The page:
Africa’s immunisation battle

With misinformation being spread about a vaccine for Covid-19, will this scupper the hard-fought gains that have been made in immunisation in Africa? Desmond Davies reports 

BEFORE the outbreak of Covid-19, immunisation programmes in Africa were in full swing.

The World Health Organisation (WHO) and the global Vaccine Alliance (GAVI) had managed to achieve a high rate of immunisation, given that at the turn of the century misinformation and disinformation had slowed down the various programmes fighting preventable diseases such as measles and polio.

In Northern Nigeria, for example, false reports that the polio immunisation programme in 2004 was a Western plot to sterilise Muslims put paid to the exercise.

Parents stopped their children from being vaccinated against the disease and, consequently, polio took hold not just in Nigeria but spread to other African countries that had been previously unaffected.

It took years of hard work by GAVI and the WHO to reassure parents that there was nothing sinister about the immunisation programme.

Thus, by the end of 2019, Nigeria had gone three years without recording a case of polio, thus placing the country in a position where the disease would soon be totally eradicated, according to the WHO.

This was a far cry from 2012 when the UN agency said Nigeria accounted for half of all polio cases globally.

Now, with the focus on fighting Covid-19 and the overabundance of negative social media comments about a vaccine for the virus, global health bodies are worried that the successful immunisation programme in Africa could be stalled.

But Dr Tedros Adhanom Ghebreyesus, WHO Director-General, cautioned last month: ‘Disease outbreaks must not remain a threat when we have safe and effective vaccines to protect us.

‘While the world strives to develop a new vaccine for Covid-19 at record speed, we must not risk losing the fight to protect everyone, everywhere against vaccine-preventable diseases. ‘These diseases will come roaring back if we do not vaccinate.’

Health experts do not now want the added problem of rumours to erode the confidence in life-saving vaccines, leading potentially to an increase in preventable diseases.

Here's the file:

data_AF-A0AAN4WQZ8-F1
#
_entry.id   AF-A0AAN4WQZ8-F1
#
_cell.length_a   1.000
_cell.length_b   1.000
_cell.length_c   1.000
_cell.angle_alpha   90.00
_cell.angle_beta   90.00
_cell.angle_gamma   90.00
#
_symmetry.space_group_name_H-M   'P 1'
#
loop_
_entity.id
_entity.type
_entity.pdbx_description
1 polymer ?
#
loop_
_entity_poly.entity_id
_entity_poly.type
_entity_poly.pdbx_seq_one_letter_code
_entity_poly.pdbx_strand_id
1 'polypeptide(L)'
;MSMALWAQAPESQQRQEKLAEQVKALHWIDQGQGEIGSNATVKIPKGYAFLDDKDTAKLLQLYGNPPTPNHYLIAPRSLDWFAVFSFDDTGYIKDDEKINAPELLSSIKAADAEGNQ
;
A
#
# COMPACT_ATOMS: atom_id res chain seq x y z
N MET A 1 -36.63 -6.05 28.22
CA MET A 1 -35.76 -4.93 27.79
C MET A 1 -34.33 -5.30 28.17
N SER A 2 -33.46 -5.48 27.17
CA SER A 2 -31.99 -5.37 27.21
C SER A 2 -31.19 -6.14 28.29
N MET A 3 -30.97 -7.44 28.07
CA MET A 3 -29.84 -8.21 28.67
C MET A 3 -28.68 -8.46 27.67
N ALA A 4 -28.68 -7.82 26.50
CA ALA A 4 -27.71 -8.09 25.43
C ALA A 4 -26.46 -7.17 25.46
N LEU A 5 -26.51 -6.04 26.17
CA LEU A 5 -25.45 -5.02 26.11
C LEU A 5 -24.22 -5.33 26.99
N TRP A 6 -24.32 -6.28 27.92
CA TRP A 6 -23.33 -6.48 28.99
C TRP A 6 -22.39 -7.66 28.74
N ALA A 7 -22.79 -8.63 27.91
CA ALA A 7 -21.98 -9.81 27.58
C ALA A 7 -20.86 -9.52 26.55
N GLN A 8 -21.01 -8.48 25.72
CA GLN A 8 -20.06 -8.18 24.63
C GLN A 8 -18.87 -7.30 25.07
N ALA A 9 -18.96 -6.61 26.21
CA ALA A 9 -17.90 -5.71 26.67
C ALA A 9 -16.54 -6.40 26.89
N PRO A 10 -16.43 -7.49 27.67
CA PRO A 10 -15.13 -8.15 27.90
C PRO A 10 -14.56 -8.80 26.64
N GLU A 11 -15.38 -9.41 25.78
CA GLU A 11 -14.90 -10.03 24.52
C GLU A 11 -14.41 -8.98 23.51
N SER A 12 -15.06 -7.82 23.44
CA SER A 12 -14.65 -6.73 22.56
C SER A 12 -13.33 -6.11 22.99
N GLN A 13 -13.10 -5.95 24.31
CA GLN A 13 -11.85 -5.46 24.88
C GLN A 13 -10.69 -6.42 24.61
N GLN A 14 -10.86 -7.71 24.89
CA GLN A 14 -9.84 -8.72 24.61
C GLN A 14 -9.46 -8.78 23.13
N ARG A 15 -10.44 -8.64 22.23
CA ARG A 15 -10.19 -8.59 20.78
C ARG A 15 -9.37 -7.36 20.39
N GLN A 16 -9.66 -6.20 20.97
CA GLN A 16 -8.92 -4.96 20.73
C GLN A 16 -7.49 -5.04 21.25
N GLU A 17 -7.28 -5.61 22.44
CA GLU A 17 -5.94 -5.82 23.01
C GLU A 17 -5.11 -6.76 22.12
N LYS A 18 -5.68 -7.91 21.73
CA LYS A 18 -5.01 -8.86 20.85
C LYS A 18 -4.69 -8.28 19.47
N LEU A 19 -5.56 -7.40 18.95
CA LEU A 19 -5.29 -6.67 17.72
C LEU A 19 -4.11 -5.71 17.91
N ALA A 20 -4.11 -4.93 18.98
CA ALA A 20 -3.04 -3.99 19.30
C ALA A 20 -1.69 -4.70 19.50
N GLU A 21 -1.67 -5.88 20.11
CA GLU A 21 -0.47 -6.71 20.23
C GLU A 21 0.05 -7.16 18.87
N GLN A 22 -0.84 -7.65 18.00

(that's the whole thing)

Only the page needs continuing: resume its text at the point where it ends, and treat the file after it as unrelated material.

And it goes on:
Speaking at the virtual World Health Assembly on Monday, Dr Tedros said: ‘Although Covid-19 is rightly the focus of the world’s attention now, we must not lose focus on sustaining and accelerating other initiatives that have saved millions of lives in recent years – like the work of GAVI.’

In the last 20 years, Gavi has been involved in the vaccination of 760 million children around the world, preventing more than 13 million deaths.

The Alliance has set an ambitious goal to immunise 300 million more children with 18 vaccines by 2025.

With the successes recorded in the past two decades, GAVI says it is clear that vaccines are one of the most cost-effective investments in health and development in history.

It has helped save children’s lives and protect people’s health by increasing equitable use of vaccines in lower-income countries.

But with unsubstantiated material on social media increasing people’s fears about vaccines and immunisation, there is a dire need for information that would help reduce what experts call vaccine hesitancy in Africa.

‘I think that the AU’s Centre for Disease Control and African scientists should play a more proactive role in the overall development of global disease remedies in order to give ordinary Africans confidence in the various immunisation programmes,’ a health expert in London told Africa Briefing. 


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